Should you join a top college if you have no interest in course?

  • Aanchal Bedi, Hindustan Times, New Delhi
  • Updated: Jun 24, 2015 16:32 IST

Almost every student in the Capital who has cleared high school aspires to secure a seat in Delhi University (DU). He or she usually also faces a dilemma – whether to take up a course of choice from a lesser-known college or to settle for a course in which he or she might have little or no interest from a more popular college.

While colleges like Hindu, St Stephen’s and Shri Ram College of Commerce are likely to figure at the top of a student’s list of favourites, professor Abdul Nafey, former dean of students’ welfare, Jawaharlal Nehru University, feels that brand value of many colleges is overhyped. “Students get trapped in this pointless race between ­college and course, not realising that at the end of the day, each student will get a degree from Delhi University. As studies fill a major part of the student’s life, the best decision is to pick up a course that one is ­passionate about. If a student wants to do economics, then why should he/she choose history or philosophy for the sake of a good college? A ­student may be happy by ­choosing a college for a few months, but ultimately one needs to perform,” he says.

Professor JM Khurana, dean students’ welfare, Delhi University, is also of the opinion that students should ideally choose course over college. “Once you are keen on pursuing a course, it doesn’t really matter which college you get. Considering the results of the last few years, the students who have topped their class belonged to different colleges across DU, not just any specific college. If one chooses a course one wants to pursue, he/she will by default work hard and put in one’s best,” he says.

However, Shashi Tyagi, ­principal of Gargi College says that not every student is sure about what he/she wants to do in the future. A good college can make a huge difference by giving the required exposure to students. “A college can help a student develop his or her overall personality. A good ­college may have good facilities, faculty and a good academic ­environment allowing a healthier competition, but it is up to the student to make the best of what is offered,” she says.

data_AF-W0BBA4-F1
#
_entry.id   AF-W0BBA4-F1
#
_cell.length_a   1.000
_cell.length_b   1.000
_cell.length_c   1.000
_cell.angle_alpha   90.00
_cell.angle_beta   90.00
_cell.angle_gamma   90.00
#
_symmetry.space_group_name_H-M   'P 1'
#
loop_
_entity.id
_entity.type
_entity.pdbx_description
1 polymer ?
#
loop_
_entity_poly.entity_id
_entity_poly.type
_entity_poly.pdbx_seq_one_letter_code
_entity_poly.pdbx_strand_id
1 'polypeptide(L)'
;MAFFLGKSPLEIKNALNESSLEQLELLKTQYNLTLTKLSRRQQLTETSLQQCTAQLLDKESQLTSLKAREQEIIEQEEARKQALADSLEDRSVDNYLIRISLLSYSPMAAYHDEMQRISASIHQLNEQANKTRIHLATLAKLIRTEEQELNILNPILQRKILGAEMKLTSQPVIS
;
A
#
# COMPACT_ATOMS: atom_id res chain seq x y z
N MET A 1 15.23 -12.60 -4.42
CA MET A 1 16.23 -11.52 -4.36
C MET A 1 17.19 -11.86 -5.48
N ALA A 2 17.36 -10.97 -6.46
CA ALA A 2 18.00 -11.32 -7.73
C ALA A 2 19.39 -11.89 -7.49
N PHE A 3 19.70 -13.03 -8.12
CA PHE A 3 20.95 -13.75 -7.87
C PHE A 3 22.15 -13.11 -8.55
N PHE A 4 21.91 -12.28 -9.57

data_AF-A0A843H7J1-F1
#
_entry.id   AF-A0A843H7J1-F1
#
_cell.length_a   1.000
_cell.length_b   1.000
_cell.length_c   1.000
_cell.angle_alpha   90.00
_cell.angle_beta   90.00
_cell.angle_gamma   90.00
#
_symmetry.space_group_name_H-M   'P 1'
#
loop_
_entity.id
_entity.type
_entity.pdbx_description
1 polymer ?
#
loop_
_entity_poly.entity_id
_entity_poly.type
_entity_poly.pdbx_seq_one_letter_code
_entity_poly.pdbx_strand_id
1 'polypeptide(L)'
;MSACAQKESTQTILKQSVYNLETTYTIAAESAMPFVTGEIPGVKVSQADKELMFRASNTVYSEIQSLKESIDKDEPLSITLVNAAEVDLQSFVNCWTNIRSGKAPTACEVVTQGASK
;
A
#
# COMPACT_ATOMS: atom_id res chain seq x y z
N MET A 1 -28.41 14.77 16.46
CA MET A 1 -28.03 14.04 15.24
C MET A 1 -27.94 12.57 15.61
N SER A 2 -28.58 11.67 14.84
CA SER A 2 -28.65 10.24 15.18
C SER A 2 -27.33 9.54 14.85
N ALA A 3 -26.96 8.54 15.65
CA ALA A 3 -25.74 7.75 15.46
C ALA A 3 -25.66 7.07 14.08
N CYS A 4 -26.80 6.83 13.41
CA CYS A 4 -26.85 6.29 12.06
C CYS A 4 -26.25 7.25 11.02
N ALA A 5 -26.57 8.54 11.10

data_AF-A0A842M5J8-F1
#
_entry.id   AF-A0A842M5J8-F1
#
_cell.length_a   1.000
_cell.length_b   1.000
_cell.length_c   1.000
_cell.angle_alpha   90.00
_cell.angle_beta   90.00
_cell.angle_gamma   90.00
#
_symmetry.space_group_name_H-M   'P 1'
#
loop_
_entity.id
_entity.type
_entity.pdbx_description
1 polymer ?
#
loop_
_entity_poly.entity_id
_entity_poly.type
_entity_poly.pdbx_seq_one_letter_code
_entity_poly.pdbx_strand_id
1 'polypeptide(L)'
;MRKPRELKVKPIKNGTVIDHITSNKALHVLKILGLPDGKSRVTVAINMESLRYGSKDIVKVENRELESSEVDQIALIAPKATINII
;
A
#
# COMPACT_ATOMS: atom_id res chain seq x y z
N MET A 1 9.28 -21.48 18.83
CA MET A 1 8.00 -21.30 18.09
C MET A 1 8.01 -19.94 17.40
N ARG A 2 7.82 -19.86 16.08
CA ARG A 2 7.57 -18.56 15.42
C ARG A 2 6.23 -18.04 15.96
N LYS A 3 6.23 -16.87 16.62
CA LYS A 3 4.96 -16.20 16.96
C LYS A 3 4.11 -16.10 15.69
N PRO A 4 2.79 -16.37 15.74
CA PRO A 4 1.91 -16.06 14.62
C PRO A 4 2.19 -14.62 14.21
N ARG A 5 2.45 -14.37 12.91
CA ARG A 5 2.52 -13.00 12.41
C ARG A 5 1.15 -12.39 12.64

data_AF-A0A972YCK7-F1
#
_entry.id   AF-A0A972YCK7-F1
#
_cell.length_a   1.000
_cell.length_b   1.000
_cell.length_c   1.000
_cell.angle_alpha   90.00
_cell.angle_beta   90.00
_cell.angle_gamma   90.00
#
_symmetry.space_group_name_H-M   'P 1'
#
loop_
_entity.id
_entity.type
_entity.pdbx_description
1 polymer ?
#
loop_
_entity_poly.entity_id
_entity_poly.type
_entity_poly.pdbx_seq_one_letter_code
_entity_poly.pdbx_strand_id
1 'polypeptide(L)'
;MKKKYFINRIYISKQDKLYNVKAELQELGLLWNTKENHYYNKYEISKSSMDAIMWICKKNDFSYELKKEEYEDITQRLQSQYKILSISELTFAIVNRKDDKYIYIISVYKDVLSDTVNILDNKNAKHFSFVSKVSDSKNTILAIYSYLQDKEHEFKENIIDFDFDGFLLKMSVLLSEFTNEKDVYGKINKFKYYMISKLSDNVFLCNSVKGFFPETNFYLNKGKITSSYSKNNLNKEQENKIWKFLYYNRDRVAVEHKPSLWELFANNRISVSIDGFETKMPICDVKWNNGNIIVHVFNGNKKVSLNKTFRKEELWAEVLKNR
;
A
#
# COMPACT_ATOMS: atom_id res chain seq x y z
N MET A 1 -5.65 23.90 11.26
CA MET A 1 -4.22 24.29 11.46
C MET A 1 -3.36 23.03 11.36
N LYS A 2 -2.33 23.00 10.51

Choosing a course over ­college has its own advantages. “Teachers in Delhi University are selected at a central level. Some of the best teachers get appointed in ­colleges which are not even present on the ­student’s radar. A student can not only groom himself/­herself under the ­guidance of good ­teachers, but he/she can also excel in a particular ­subject,” says Nafey.

Advising students not to ­follow the herd mentality, Tyagi says, “It is not a good idea to generalise this trend, as it is a matter of choice. A majority of students are not sure about the course they want to study. If a student knows that he/she wants to make a career in a particular subject, then he/she should go for a course. But if a student is not clear, then one can go for a popular college. Those who are confused about choosing an honours course can go for BA, BCom or BSc ­programmes. This will open many doors for them when they pursue a postgraduate course.”

How can one find the best ­combination of both course and college? The most ­important thing is to be flexible – with respect to both your course and your ­college. Make a list of what interests you and the courses that DU offers. While doing this, do refer to the syllabi of the courses.

The next step is to make a list of colleges offering these courses. Then strike down ­combinations that fit your choice. If one of them does work for you, you know where you should apply.

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